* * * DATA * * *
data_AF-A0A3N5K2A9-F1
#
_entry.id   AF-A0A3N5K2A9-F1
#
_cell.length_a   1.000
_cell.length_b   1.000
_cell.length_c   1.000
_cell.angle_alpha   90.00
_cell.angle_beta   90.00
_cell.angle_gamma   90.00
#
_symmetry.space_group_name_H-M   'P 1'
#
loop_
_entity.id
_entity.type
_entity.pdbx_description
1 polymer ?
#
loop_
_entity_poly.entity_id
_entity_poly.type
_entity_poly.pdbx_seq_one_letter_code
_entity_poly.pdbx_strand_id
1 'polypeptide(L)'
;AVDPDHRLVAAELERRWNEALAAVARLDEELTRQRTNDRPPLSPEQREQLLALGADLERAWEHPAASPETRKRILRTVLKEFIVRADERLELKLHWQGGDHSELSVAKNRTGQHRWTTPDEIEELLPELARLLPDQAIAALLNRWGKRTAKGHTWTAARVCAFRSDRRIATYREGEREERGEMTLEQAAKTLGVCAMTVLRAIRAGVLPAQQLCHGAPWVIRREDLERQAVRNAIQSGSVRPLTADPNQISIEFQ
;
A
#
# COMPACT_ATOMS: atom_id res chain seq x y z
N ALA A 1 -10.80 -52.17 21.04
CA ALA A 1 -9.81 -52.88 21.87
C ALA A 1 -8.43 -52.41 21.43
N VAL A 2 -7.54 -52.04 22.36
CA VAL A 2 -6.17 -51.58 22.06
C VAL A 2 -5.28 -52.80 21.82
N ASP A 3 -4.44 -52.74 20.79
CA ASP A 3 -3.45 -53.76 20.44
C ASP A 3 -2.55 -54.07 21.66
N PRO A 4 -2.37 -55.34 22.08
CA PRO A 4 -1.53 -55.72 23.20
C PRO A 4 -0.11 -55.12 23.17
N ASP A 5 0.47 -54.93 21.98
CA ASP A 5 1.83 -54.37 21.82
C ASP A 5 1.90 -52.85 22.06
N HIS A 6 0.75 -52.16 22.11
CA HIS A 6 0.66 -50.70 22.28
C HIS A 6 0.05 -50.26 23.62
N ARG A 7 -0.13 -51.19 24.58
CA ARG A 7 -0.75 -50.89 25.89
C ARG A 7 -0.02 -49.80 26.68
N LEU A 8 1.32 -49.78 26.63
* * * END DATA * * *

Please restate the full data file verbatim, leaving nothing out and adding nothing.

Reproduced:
data_AF-A0A3N5K2A9-F1
#
_entry.id   AF-A0A3N5K2A9-F1
#
_cell.length_a   1.000
_cell.length_b   1.000
_cell.length_c   1.000
_cell.angle_alpha   90.00
_cell.angle_beta   90.00
_cell.angle_gamma   90.00
#
_symmetry.space_group_name_H-M   'P 1'
#
loop_
_entity.id
_entity.type
_entity.pdbx_description
1 polymer ?
#
loop_
_entity_poly.entity_id
_entity_poly.type
_entity_poly.pdbx_seq_one_letter_code
_entity_poly.pdbx_strand_id
1 'polypeptide(L)'
;AVDPDHRLVAAELERRWNEALAAVARLDEELTRQRTNDRPPLSPEQREQLLALGADLERAWEHPAASPETRKRILRTVLKEFIVRADERLELKLHWQGGDHSELSVAKNRTGQHRWTTPDEIEELLPELARLLPDQAIAALLNRWGKRTAKGHTWTAARVCAFRSDRRIATYREGEREERGEMTLEQAAKTLGVCAMTVLRAIRAGVLPAQQLCHGAPWVIRREDLERQAVRNAIQSGSVRPLTADPNQISIEFQ
;
A
#
# COMPACT_ATOMS: atom_id res chain seq x y z
N ALA A 1 -10.80 -52.17 21.04
CA ALA A 1 -9.81 -52.88 21.87
C ALA A 1 -8.43 -52.41 21.43
N VAL A 2 -7.54 -52.04 22.36
CA VAL A 2 -6.17 -51.58 22.06
C VAL A 2 -5.28 -52.80 21.82
N ASP A 3 -4.44 -52.74 20.79
CA ASP A 3 -3.45 -53.76 20.44
C ASP A 3 -2.55 -54.07 21.66
N PRO A 4 -2.37 -55.34 22.08
CA PRO A 4 -1.53 -55.72 23.20
C PRO A 4 -0.11 -55.12 23.17
N ASP A 5 0.47 -54.93 21.98
CA ASP A 5 1.83 -54.37 21.82
C ASP A 5 1.90 -52.85 22.06
N HIS A 6 0.75 -52.16 22.11
CA HIS A 6 0.66 -50.70 22.28
C HIS A 6 0.05 -50.26 23.62
N ARG A 7 -0.13 -51.19 24.58
CA ARG A 7 -0.75 -50.89 25.89
C ARG A 7 -0.02 -49.80 26.68
N LEU A 8 1.32 -49.78 26.63